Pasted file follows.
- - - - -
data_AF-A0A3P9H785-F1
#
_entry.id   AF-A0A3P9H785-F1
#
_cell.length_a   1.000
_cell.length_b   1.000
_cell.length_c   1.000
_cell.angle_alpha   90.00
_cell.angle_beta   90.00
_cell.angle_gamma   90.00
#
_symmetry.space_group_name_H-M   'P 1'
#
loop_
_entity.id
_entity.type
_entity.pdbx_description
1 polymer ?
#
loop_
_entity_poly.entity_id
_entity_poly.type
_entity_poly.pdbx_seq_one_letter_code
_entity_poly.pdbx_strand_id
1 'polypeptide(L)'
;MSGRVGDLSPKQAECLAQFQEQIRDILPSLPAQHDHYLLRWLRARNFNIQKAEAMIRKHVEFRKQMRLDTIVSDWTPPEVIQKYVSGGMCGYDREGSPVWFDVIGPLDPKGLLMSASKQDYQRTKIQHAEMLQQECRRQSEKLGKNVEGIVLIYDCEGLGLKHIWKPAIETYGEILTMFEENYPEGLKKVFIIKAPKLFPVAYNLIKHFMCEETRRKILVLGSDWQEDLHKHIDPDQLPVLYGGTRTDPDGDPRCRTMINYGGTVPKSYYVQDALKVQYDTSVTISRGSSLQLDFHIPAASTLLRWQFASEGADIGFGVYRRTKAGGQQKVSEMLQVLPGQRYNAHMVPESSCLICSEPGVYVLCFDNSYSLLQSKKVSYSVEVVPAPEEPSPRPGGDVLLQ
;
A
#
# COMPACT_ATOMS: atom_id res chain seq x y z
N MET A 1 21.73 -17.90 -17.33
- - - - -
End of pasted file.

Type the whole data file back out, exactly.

data_AF-A0A3P9H785-F1
#
_entry.id   AF-A0A3P9H785-F1
#
_cell.length_a   1.000
_cell.length_b   1.000
_cell.length_c   1.000
_cell.angle_alpha   90.00
_cell.angle_beta   90.00
_cell.angle_gamma   90.00
#
_symmetry.space_group_name_H-M   'P 1'
#
loop_
_entity.id
_entity.type
_entity.pdbx_description
1 polymer ?
#
loop_
_entity_poly.entity_id
_entity_poly.type
_entity_poly.pdbx_seq_one_letter_code
_entity_poly.pdbx_strand_id
1 'polypeptide(L)'
;MSGRVGDLSPKQAECLAQFQEQIRDILPSLPAQHDHYLLRWLRARNFNIQKAEAMIRKHVEFRKQMRLDTIVSDWTPPEVIQKYVSGGMCGYDREGSPVWFDVIGPLDPKGLLMSASKQDYQRTKIQHAEMLQQECRRQSEKLGKNVEGIVLIYDCEGLGLKHIWKPAIETYGEILTMFEENYPEGLKKVFIIKAPKLFPVAYNLIKHFMCEETRRKILVLGSDWQEDLHKHIDPDQLPVLYGGTRTDPDGDPRCRTMINYGGTVPKSYYVQDALKVQYDTSVTISRGSSLQLDFHIPAASTLLRWQFASEGADIGFGVYRRTKAGGQQKVSEMLQVLPGQRYNAHMVPESSCLICSEPGVYVLCFDNSYSLLQSKKVSYSVEVVPAPEEPSPRPGGDVLLQ
;
A
#
# COMPACT_ATOMS: atom_id res chain seq x y z
N MET A 1 21.73 -17.90 -17.33